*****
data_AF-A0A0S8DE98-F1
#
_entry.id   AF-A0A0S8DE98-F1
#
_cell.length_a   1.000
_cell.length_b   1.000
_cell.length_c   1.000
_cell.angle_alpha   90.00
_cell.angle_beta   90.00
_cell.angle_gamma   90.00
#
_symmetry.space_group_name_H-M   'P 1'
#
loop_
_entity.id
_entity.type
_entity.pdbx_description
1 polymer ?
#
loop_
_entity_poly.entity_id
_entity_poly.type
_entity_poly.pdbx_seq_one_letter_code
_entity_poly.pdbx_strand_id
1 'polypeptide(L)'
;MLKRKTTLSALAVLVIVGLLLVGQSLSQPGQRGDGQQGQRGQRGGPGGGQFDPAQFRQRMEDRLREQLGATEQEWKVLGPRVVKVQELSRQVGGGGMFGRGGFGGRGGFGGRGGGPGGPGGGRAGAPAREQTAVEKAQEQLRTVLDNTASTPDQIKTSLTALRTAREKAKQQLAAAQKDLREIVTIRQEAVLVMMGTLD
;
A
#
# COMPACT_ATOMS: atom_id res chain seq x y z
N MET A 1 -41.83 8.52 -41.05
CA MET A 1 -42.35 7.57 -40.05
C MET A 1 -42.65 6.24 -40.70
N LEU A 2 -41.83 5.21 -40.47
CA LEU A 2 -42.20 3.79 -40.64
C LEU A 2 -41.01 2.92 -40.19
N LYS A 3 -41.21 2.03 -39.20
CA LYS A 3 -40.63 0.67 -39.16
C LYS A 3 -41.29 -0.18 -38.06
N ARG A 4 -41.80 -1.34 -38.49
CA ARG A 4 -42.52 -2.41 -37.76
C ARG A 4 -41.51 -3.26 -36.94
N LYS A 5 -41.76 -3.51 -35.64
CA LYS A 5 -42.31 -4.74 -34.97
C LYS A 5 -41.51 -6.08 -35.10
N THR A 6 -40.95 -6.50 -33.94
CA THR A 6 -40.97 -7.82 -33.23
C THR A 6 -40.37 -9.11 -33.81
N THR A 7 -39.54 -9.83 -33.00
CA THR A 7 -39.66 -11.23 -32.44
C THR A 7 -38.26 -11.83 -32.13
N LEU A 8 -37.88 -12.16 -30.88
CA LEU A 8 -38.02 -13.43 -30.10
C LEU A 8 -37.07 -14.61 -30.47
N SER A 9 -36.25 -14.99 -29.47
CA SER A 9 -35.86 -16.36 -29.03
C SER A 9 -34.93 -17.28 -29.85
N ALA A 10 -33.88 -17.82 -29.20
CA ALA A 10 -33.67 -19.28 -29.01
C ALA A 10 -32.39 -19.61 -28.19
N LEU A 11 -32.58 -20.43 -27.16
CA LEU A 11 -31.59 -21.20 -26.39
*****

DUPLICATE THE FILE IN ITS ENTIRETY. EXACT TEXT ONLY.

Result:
data_AF-A0A0S8DE98-F1
#
_entry.id   AF-A0A0S8DE98-F1
#
_cell.length_a   1.000
_cell.length_b   1.000
_cell.length_c   1.000
_cell.angle_alpha   90.00
_cell.angle_beta   90.00
_cell.angle_gamma   90.00
#
_symmetry.space_group_name_H-M   'P 1'
#
loop_
_entity.id
_entity.type
_entity.pdbx_description
1 polymer ?
#
loop_
_entity_poly.entity_id
_entity_poly.type
_entity_poly.pdbx_seq_one_letter_code
_entity_poly.pdbx_strand_id
1 'polypeptide(L)'
;MLKRKTTLSALAVLVIVGLLLVGQSLSQPGQRGDGQQGQRGQRGGPGGGQFDPAQFRQRMEDRLREQLGATEQEWKVLGPRVVKVQELSRQVGGGGMFGRGGFGGRGGFGGRGGGPGGPGGGRAGAPAREQTAVEKAQEQLRTVLDNTASTPDQIKTSLTALRTAREKAKQQLAAAQKDLREIVTIRQEAVLVMMGTLD
;
A
#
# COMPACT_ATOMS: atom_id res chain seq x y z
N MET A 1 -41.83 8.52 -41.05
CA MET A 1 -42.35 7.57 -40.05
C MET A 1 -42.65 6.24 -40.70
N LEU A 2 -41.83 5.21 -40.47
CA LEU A 2 -42.20 3.79 -40.64
C LEU A 2 -41.01 2.92 -40.19
N LYS A 3 -41.21 2.03 -39.20
CA LYS A 3 -40.63 0.67 -39.16
C LYS A 3 -41.29 -0.18 -38.06
N ARG A 4 -41.80 -1.34 -38.49
CA ARG A 4 -42.52 -2.41 -37.76
C ARG A 4 -41.51 -3.26 -36.94
N LYS A 5 -41.76 -3.51 -35.64
CA LYS A 5 -42.31 -4.74 -34.97
C LYS A 5 -41.51 -6.08 -35.10
N THR A 6 -40.95 -6.50 -33.94
CA THR A 6 -40.97 -7.82 -33.23
C THR A 6 -40.37 -9.11 -33.81
N THR A 7 -39.54 -9.83 -33.00
CA THR A 7 -39.66 -11.23 -32.44
C THR A 7 -38.26 -11.83 -32.13
N LEU A 8 -37.88 -12.16 -30.88
CA LEU A 8 -38.02 -13.43 -30.10
C LEU A 8 -37.07 -14.61 -30.47
N SER A 9 -36.25 -14.99 -29.47
CA SER A 9 -35.86 -16.36 -29.03
C SER A 9 -34.93 -17.28 -29.85
N ALA A 10 -33.88 -17.82 -29.20
CA ALA A 10 -33.67 -19.28 -29.01
C ALA A 10 -32.39 -19.61 -28.19
N LEU A 11 -32.58 -20.43 -27.16
CA LEU A 11 -31.59 -21.20 -26.39